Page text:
Beginning in 2011 and continuing through 2018, the share of rent-burdened households declined nationally – a trend reversal from the decade between 2000 and 2010. According to the Department of Housing and Urban Development, rent-burdened households spend over 30 percent of their income on rent. However, as the old adage goes, it’s all about “location, location, location,” and factors affecting rent burden, such as renter household income and the supply of multi-family housing, vary significantly from city to city. Examining these dynamics by market can tell us where the share of rent-burdened households declined the most between 2010 and 2018.
“As always with real estate – location, location, location. It appears rent burden relief follows the same adage.”
Secondary Cities Lead the Way in Rent-Burden Relief
The share of rent-burdened households declined in 39 of the 50 largest U.S. metropolitan areas from 2010 to 2018. There was little to no change (below 2 percent) in eight cities, and Hartford, Conn., New Orleans and San Antonio were the only cities with an increase in the share of rent-burdened households over that period. The 10 cities with the largest declines in the share of rent-burdened households were:
- Detroit: -16.0 percent
- Salt Lake City: -14.8 percent
- Columbus, Ohio: -14.5 percent
- Indianapolis: -14.4 percent
- Richmond, Va.: -14.1 percent
- Phoenix: -13.0 percent
- Orlando, Fla.: -12.7 percent
- San Francisco: -12.3 percent
- Birmingham, Ala.: -12.0 percent
- Chicago: -11.7 percent
Some common trends emerge when examining the top 10 markets in which the share of rent-burdened households declined the most, including strong wage growth, rising supply of rental properties, and low to moderate rates of rent growth.
Moving In: High-Income Renters
One common trend among many of the markets where the share of rent-burdened households declined the most was an influx of renters. For example, the number of renter households jumped 38 percent in Raleigh, N.C., between 2010 and 2018, or just under 50,000 households. Charlotte, N.C., and Jacksonville, Fla., followed closely behind, with 35 and 30 percent growth in the number of renter households, respectively.
The new renters flooding these markets may be following job growth in high-paying industries. Between 2010 and 2018, employment in professional, scientific and technical services, a Bureau of Labor Statistics sector representing high-wage, highly skilled positions, grew at an average annual rate of 7.5 percent in Austin, 6.2 percent in Nashville, 5.3 percent in Raleigh, 5 percent in Charlotte, and 4.5 percent in Salt Lake City. In comparison, the national growth rate in this sector was only 2.2 percent. The growth in high-wage industries attracts renter households with higher household incomes, contributing to a declining share of rent-burdened households in these markets.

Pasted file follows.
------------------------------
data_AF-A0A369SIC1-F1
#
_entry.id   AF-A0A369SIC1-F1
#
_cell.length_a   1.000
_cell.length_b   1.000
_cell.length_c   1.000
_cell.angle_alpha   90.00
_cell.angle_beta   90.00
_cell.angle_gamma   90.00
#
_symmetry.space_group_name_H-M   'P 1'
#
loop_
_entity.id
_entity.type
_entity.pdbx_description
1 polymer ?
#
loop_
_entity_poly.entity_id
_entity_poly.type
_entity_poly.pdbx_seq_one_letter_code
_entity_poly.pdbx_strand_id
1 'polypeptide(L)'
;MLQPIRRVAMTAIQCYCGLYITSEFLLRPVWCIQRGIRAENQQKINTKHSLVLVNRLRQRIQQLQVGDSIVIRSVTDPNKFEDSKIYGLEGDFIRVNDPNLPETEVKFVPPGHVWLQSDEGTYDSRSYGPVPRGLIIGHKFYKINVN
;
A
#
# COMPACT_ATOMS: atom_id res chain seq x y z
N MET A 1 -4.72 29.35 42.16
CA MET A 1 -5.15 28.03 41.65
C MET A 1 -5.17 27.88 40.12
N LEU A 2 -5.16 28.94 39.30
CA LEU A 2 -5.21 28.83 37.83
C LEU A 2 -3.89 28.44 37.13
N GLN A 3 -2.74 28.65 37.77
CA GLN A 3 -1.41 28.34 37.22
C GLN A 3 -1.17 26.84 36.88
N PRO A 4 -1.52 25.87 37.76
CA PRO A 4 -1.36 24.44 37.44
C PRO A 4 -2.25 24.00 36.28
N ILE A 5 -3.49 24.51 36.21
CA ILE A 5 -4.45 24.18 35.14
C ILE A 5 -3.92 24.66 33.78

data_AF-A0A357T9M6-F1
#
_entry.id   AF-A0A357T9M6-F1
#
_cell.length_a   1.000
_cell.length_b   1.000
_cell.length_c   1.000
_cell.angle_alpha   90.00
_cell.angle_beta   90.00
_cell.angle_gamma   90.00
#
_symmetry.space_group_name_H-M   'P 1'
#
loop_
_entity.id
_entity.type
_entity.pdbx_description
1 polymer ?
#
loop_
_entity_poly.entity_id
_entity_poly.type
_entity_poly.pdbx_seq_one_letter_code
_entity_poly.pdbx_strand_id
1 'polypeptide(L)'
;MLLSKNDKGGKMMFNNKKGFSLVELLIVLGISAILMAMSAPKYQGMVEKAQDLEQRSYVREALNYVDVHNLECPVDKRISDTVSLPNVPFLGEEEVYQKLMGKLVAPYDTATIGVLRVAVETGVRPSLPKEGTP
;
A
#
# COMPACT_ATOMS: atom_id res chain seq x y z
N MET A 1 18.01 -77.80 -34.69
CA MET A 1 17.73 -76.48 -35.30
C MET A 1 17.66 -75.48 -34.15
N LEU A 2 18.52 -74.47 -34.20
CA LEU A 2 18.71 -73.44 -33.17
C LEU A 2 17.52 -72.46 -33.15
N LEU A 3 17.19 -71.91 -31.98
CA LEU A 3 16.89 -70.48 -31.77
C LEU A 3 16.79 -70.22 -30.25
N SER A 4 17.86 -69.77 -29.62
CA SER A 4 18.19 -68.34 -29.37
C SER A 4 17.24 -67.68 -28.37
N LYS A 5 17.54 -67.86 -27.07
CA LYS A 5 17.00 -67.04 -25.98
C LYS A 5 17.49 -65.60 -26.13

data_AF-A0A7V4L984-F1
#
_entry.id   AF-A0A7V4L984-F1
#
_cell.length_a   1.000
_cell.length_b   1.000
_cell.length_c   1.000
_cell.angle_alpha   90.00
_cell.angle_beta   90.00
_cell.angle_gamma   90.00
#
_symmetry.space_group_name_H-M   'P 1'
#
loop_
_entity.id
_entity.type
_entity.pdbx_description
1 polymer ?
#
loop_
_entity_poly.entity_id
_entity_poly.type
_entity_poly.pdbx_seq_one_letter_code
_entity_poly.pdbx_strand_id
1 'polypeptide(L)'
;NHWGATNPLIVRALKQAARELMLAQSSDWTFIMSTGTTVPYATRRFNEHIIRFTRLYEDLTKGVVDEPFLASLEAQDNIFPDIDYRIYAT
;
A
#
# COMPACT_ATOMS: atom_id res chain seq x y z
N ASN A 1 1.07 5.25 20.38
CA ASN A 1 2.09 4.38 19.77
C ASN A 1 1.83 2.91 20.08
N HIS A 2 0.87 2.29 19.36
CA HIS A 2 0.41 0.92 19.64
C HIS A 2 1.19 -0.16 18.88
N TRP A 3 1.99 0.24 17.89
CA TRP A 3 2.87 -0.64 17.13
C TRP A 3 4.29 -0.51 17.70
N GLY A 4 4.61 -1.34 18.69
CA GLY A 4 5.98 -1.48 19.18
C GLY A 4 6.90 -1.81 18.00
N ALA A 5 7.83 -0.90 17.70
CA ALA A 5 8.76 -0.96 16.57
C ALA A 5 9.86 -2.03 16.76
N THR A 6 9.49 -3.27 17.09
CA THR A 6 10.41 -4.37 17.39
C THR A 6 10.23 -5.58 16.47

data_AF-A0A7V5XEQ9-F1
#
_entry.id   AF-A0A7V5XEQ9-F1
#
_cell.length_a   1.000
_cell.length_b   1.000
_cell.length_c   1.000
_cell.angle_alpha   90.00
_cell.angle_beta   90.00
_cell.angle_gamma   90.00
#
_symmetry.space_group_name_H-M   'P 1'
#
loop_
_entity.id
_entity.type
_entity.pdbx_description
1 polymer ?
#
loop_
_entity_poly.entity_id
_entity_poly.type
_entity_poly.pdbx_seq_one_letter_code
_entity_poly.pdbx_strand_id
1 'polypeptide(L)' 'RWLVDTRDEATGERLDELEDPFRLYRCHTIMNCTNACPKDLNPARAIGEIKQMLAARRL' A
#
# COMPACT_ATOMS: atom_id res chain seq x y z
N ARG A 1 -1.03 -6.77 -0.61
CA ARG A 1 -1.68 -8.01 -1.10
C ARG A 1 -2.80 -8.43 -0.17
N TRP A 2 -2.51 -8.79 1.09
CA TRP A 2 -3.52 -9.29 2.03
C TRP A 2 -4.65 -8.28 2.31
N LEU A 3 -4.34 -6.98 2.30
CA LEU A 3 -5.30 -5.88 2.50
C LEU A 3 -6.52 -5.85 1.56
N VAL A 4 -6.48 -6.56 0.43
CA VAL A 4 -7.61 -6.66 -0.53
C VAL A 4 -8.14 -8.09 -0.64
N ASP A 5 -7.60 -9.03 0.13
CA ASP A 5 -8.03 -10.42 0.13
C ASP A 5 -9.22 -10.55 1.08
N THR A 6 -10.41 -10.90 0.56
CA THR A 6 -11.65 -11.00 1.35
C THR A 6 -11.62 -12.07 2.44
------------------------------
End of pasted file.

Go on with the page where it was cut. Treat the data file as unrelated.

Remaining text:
Rental Housing Supply Keeping Pace
An influx of high-income renters, however, is likely to bid up rents, if demand is met with a limited supply of available units. Yet, the supply of rental units increased in many of the markets attracting high-income renters, including Charlotte, Nashville, Salt Lake City, and Dallas, helping reduce the share of rent-burdened households in these markets.
According to the Census Bureau, between 2014 and 2018, Charlotte issued an average of 7,510 permits annually for multi-family units, with Nashville (6,421 units) and Dallas (25,051 units) likewise adding multi-family housing. Housing permits are a leading indicator of housing completions, providing insight into housing market activity in the following months. In all three cities, annual numbers of multi-family permits between 2014 and 2018 beat pre-recession peaks by at least 30 percent. In Salt Lake City, 91 percent of all residential housing permits between 2014 and 2017 were for multi-family construction—an average of 1,478 units permitted per year, nearly three times the annual average permitted between 2000 and 2017. This increase in rental supply helped meet the demand from new high-income renters.
Renter Household Income Outpacing Rent Growth in High-Rent Cities
The share of rent-burdened households declined even in some cities known for their high rents, such as San Francisco, Seattle and Portland, Ore. Despite an increase of 28 percent in median rents, median renter household income in San Francisco increased by nearly 42 percent between 2010 and 2018, resulting in a 12-percentage point decline in the share of rent-burdened households. High-rent markets, such as San Francisco, Seattle and Portland are destinations for millennial net in-migration and offer high-wage employment. These markets are examples of median household incomes simply outpacing fast-growing rents.
Local Dynamics Drive Decline in Rent-Burdened Households
The story behind the decline in the share of rent-burdened households varies due to the unique dynamics of each market. In some markets, as high-income renters have moved in seeking higher paying jobs, multifamily construction has added rental properties to meet the demand. In other markets, where rent is high and growing quickly, household renter income was able to grow even faster. As always with real estate – location, location, location. It appears rent burden relief follows the same adage.
Ksenia Potapov contributed to this blog post.